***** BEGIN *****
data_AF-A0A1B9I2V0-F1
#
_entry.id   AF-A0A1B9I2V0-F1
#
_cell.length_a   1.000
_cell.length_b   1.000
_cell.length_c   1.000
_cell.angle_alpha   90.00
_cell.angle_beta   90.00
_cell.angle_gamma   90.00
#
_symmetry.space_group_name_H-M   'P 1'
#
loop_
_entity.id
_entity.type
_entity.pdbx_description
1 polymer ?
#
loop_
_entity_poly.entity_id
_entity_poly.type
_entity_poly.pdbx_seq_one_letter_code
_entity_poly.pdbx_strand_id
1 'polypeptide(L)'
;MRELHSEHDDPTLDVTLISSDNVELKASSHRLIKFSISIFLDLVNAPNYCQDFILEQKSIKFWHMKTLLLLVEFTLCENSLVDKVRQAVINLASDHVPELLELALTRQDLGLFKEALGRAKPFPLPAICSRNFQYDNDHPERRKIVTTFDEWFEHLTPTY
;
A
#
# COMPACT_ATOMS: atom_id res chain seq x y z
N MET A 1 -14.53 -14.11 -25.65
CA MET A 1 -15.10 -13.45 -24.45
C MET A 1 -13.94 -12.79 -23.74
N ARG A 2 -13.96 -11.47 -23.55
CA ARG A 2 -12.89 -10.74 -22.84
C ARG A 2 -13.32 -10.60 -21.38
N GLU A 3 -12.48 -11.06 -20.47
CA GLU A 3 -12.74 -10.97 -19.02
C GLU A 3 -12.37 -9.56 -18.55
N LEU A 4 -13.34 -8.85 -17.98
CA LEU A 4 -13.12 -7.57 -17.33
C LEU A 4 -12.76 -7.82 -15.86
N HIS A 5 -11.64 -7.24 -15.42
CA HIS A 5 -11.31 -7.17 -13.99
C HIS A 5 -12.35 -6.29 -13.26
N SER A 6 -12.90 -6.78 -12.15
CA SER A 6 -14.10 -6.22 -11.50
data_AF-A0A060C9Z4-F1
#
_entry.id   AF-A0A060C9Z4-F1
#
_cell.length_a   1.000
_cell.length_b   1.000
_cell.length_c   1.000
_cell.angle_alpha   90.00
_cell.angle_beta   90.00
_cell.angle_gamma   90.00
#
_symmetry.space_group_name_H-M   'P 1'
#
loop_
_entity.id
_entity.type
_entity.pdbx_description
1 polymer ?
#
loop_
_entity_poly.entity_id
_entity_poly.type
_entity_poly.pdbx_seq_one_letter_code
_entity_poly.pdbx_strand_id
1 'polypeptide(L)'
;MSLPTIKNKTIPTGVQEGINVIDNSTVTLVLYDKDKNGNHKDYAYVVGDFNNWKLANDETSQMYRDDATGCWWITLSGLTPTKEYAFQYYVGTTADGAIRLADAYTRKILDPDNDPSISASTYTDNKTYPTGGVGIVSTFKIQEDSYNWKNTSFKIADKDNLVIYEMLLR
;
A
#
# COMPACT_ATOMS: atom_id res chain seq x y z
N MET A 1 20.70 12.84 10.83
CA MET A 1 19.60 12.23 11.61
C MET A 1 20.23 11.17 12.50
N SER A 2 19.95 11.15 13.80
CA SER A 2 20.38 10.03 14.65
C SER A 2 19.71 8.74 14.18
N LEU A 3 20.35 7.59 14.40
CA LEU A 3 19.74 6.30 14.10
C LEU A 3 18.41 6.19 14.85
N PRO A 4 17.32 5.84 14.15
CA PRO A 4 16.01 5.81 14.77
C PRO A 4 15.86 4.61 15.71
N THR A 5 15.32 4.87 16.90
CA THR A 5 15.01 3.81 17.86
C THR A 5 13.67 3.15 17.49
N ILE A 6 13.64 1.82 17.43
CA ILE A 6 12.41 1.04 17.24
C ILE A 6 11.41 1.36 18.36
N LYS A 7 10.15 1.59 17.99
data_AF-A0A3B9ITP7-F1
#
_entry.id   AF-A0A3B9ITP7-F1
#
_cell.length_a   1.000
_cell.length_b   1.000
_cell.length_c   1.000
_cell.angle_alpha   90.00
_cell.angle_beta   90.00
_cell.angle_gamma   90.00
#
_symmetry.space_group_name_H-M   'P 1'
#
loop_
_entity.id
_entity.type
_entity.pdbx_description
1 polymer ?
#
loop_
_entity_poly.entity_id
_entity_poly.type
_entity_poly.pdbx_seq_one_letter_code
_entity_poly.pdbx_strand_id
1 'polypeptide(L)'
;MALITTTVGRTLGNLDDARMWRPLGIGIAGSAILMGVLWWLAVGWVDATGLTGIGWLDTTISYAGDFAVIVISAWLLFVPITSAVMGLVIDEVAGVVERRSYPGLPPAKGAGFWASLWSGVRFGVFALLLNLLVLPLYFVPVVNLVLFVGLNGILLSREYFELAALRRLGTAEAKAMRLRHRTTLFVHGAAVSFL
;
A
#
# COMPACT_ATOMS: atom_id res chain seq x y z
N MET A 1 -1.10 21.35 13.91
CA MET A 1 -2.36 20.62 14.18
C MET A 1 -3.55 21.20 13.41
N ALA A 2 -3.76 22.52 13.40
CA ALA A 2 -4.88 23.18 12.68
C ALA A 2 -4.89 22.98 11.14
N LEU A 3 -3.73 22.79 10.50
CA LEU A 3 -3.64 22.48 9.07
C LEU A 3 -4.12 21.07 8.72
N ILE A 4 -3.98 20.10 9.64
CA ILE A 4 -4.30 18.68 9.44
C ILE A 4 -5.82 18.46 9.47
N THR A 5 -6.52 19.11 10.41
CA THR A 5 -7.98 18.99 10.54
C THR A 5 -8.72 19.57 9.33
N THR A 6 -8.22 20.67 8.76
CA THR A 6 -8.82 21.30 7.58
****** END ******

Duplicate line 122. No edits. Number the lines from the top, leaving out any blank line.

;MALITTTVGRTLGNLDDARMWRPLGIGIAGSAILMGVLWWLAVGWVDATGLTGIGWLDTTISYAGDFAVIVISAWLLFVPITSAVMGLVIDEVAGVVERRSYPGLPPAKGAGFWASLWSGVRFGVFALLLNLLVLPLYFVPVVNLVLFVGLNGILLSREYFELAALRRLGTAEAKAMRLRHRTTLFVHGAAVSFL